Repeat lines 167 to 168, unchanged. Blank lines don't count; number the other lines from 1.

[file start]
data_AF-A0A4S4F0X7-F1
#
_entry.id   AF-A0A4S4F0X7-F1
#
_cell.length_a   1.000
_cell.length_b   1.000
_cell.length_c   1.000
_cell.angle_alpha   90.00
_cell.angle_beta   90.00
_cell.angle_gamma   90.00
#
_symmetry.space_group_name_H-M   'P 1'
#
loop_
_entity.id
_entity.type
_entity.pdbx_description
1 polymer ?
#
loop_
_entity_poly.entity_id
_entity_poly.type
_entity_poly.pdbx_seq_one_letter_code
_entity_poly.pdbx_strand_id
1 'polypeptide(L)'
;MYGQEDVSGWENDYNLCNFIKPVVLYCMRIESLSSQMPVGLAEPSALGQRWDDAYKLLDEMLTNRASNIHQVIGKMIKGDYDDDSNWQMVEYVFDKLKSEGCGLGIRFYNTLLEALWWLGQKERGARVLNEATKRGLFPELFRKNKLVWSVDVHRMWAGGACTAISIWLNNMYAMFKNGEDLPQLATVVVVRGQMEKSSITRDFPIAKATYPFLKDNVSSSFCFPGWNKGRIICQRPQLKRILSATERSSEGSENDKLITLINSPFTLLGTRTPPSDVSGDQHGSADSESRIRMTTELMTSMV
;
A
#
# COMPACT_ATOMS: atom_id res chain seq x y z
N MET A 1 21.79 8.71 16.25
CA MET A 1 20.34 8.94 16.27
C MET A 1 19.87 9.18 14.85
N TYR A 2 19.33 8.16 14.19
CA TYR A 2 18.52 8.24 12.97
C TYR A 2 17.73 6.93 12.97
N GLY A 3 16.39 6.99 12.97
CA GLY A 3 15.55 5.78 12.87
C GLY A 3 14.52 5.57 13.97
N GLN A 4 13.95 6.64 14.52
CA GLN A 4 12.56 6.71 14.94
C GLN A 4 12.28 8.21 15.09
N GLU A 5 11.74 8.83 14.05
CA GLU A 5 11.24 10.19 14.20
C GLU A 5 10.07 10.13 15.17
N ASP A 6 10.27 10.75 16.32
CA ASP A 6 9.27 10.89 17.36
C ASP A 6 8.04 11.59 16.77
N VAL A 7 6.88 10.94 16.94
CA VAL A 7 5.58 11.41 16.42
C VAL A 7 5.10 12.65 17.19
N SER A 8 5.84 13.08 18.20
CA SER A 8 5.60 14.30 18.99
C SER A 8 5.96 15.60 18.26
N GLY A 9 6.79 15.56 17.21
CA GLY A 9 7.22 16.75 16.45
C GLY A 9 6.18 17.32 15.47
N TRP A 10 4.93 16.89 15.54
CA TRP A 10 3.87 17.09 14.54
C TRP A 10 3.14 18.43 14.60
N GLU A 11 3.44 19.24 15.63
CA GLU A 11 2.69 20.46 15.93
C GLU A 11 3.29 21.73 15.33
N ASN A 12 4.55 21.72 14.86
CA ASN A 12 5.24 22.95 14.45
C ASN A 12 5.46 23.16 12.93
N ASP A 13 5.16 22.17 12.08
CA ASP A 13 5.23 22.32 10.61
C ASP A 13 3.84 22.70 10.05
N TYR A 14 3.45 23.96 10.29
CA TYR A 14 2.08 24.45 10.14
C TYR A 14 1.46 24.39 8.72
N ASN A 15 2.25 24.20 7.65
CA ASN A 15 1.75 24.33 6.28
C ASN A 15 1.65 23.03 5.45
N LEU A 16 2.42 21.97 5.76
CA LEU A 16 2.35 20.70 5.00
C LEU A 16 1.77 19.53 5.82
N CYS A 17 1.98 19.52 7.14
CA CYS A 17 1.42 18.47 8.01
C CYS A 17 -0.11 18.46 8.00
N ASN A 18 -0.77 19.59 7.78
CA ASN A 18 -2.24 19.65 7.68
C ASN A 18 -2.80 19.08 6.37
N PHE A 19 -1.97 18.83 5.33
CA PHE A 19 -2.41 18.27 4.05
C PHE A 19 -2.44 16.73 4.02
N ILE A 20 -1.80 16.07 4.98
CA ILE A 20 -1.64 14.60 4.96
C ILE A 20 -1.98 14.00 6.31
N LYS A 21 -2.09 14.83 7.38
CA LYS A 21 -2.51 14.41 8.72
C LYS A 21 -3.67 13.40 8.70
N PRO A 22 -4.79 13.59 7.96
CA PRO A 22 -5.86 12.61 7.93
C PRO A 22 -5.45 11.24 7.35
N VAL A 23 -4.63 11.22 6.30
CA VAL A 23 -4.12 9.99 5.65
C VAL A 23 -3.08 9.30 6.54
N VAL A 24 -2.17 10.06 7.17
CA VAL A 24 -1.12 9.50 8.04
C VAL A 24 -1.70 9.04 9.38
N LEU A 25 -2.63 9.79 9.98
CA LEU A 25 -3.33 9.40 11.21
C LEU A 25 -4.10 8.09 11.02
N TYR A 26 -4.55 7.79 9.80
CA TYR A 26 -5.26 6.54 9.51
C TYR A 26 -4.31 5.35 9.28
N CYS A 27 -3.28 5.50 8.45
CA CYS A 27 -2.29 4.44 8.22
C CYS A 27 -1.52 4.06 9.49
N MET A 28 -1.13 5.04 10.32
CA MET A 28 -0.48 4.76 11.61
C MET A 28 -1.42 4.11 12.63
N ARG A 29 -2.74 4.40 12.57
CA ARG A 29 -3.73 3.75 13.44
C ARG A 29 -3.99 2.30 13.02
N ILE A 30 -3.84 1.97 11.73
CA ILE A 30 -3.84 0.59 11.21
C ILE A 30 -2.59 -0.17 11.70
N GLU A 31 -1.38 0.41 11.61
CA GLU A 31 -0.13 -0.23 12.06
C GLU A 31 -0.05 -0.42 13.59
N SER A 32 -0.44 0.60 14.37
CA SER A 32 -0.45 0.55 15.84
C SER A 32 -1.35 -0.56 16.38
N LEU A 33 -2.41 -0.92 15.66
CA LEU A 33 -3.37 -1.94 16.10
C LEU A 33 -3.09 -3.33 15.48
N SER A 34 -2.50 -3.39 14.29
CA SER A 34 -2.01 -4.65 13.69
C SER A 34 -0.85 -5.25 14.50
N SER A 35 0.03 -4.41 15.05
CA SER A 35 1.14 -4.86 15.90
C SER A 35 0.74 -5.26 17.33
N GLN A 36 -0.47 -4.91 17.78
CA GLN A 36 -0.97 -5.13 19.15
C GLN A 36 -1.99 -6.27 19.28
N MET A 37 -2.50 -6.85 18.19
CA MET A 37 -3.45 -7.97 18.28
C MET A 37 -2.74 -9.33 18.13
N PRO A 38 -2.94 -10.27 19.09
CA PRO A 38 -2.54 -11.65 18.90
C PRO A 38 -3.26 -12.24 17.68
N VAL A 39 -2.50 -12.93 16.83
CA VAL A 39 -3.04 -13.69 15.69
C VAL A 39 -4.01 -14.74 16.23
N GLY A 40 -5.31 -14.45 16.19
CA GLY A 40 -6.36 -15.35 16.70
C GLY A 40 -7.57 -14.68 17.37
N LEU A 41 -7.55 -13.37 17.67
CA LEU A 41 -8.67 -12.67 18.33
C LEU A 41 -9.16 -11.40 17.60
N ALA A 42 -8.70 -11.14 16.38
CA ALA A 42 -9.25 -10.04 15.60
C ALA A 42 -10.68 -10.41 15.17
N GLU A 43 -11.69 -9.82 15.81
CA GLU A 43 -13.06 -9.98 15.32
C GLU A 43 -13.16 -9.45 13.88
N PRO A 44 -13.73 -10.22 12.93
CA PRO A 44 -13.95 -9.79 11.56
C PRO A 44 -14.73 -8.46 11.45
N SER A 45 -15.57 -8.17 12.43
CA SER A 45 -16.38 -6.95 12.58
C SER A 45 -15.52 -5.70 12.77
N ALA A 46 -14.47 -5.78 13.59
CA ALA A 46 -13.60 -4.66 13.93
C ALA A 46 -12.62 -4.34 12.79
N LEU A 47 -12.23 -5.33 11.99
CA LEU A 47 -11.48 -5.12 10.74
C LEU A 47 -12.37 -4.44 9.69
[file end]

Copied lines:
CA ALA A 46 -13.60 -4.66 13.93
C ALA A 46 -12.62 -4.34 12.79